Specialists come together at the Center for Aero-Digestive Disorders
Tim and Tamara McCormack describe the first year and a half of their daughter Emily's life as complete chaos. She suffered from chronic pneumonia, sometimes aspirating quietly and other times coughing so much that she would vomit. At 19 months old and weighing only 14 pounds, she was officially classified as "failing
One day during an especially bad coughing spell, Emily's parents brought her to their pediatrician's office. Noticing how gray and lethargic she was, the pediatrician sent the McCormacks straight to Children's Hospital Boston's Emergency Department.
At Children's, Emily was diagnosed with aspiration but the cause wasn't clear. So she underwent multiple tests, including those for cystic fibrosis and celiac disease—all to no avail. They could only tell that liquids from meals were filling her lungs, so Emily was fitted with a feeding tube and later a Mickey button, which fed liquids directly to her stomach. During a routine visit to Radiology for imaging tests, the McCormacks learned about otolaryngologist Reza Rahbar, DMD, MD, who was in the initial stages of setting up the hospital's Center for Aero-Digestive Disorders (CADD).
Dr. Rahbar suspected that Emily had a laryngeal cleft, which is a hole in the larynx that leaks liquids into the lungs. It's a rare disorder that's hard to detect since the symptoms are often attributed to other causes, so patients often
undergo many unnecessary tests and see several specialists before the problem is detected. Dr. Rahbar performed a laryngoscopy under anesthesia, and confirmed that she had laryngeal cleft.
Patients like Emily led Dr. Rahbar to organize a group of specialists from the Otolaryngology, Respiratory Diseases, Gastroenterology, General Surgery,
Cardiology, Cardiac Surgery and Radiology departments, in collaboration with the speech and swallowing disorders and feeding teams, to start CADD. The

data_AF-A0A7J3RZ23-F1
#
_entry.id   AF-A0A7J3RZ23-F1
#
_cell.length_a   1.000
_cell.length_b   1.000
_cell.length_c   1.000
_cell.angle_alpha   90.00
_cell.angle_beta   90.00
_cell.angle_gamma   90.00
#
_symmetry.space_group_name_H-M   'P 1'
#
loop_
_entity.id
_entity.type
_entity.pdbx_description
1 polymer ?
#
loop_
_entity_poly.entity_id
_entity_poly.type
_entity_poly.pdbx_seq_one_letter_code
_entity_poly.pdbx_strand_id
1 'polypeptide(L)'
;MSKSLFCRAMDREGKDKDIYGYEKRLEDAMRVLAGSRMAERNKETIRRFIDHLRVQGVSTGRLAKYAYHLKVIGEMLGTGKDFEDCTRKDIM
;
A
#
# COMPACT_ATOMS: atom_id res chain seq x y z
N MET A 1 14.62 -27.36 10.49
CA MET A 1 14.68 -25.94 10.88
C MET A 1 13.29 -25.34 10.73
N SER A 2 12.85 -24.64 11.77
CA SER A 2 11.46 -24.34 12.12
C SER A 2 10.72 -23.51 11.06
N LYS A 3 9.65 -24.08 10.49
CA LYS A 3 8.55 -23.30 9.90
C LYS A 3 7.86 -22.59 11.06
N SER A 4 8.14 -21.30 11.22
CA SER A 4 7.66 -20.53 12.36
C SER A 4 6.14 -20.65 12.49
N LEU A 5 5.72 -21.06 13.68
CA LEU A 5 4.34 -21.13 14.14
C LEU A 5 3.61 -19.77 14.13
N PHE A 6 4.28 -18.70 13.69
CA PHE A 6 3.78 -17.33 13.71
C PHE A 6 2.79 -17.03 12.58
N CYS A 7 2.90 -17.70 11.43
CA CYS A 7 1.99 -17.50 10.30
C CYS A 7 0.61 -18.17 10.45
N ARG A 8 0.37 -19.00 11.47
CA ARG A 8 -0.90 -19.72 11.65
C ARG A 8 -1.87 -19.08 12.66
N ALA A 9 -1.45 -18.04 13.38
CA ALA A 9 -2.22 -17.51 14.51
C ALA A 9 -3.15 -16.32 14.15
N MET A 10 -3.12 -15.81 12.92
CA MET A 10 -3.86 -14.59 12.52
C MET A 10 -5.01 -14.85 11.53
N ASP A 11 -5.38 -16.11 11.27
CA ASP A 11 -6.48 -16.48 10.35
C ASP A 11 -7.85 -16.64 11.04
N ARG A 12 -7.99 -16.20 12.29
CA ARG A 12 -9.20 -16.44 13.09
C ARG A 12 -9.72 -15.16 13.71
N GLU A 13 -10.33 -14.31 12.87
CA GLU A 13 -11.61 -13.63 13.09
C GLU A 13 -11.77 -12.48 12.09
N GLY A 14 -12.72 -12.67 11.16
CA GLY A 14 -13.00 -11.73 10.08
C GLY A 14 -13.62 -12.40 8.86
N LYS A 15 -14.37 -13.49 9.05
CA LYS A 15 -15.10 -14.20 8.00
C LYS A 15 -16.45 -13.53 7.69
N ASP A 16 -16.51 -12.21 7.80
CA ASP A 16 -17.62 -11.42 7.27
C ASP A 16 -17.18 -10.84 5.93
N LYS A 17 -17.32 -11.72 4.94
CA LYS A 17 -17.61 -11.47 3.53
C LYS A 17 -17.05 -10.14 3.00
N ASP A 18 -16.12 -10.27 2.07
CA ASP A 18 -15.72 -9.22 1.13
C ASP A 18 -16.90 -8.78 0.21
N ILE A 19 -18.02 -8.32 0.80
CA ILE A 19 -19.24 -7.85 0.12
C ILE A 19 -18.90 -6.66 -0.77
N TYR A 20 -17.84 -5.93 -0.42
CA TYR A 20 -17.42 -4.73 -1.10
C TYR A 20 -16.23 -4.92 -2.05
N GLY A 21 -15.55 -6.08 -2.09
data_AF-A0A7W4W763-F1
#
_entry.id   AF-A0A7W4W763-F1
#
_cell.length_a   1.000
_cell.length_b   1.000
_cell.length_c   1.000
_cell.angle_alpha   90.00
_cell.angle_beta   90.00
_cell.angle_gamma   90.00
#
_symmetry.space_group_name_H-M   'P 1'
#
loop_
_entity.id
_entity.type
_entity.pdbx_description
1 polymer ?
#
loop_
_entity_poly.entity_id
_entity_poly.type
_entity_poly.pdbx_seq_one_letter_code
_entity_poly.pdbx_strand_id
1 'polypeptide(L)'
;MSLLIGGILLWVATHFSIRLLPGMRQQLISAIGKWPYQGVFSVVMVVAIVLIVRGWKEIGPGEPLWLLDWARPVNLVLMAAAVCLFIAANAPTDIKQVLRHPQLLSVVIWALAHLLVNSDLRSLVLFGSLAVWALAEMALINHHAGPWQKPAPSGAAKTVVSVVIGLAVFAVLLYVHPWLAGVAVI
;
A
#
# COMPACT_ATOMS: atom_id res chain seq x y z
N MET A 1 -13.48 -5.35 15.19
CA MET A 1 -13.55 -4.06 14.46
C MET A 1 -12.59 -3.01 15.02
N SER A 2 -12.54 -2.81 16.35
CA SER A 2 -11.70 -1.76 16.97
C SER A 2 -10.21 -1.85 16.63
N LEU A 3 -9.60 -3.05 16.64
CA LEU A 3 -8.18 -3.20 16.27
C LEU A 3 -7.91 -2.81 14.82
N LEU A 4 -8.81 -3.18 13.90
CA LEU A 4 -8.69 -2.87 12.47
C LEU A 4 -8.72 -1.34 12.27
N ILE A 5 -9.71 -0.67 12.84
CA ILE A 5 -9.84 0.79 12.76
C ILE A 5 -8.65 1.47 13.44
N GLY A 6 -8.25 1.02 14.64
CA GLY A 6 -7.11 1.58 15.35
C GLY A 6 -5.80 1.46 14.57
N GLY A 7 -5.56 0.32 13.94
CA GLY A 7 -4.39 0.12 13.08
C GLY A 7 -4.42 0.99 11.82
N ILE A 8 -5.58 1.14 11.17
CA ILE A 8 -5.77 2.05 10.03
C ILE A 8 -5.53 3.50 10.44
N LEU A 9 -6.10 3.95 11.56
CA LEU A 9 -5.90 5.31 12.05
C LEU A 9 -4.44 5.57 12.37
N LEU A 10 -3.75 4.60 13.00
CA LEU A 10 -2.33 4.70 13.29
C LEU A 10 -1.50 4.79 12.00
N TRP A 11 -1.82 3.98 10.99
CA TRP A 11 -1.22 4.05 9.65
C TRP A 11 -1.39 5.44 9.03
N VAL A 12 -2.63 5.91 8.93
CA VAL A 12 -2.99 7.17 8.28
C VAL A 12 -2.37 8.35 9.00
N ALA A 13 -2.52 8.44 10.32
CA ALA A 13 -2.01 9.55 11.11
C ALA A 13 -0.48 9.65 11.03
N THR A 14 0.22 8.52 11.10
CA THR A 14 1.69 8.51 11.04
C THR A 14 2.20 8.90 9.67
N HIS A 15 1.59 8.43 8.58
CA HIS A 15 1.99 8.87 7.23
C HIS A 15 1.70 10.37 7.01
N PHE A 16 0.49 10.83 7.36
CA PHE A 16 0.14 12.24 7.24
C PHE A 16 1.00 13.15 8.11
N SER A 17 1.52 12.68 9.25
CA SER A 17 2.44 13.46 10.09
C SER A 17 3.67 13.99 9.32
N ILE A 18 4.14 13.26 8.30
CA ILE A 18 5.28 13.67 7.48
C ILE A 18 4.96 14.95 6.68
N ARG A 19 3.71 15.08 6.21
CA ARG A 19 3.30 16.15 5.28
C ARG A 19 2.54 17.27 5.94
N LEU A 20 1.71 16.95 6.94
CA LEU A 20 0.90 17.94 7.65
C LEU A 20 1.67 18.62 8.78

center treats children with complex problems involving the airway and
pulmonary and upper digestive tract—especially those suffering from chronic pneumonia, swallowing disorders, reflux, cough and pulmonary issues, croup and airway stenosis. Their goals were to integrate subspecialty care and foster the development of top medical and surgical treatments while advancing
minimally invasive procedures.
Patients who are referred to the center are seen at a single visit by specialists representing each department, which is a major feat of scheduling but a huge convenience for patients. Gastroenterology specialist Rachel Rosen, MD, says, "One of the great things about CADD is that my patients can see all the other specialists the same day they see me. It doesn't take months to get all of the
appointments set up, which is great." CADD
offers all of the routine tests for medical
conditions that frequently require multi-
specialty evaluations, such as airway fluoroscopy, modified barium swallow and state-of-the-art diagnostic testing.
After all the specialists see a patient, they meet to discuss the diagnosis, treatment plan and the possibility of future consultations, tests or
procedures. Once a month, the specialists come together for the Aero-Digestive Conference, which brings in representatives from Cardiac Surgery, General Surgery and Radiology to discuss particularly complicated cases.
"At these conferences, we coordinate surgical and diagnostic procedures for complicated cases to streamline care and ensure close communication among the specialties," says Dr. Rahbar. Dr. Rosen adds, "Many of the kids we see do go into the OR, and we're able to schedule their procedures right after we see them since all of the specialists have already discussed their case."
Dr. Rahbar repaired Emily's laryngeal cleft endoscopically in December 2005. Today, she can drink liquids, and her swallow study shows no evidence of aspiration. All signs indicate that her laryngeal cleft is closed and her lungs are liquid-free.
"CADD is a welcome change," says Tim. "It makes our lives a lot easier, and it's nice to know they're all working together to ensure Emily's care is complete."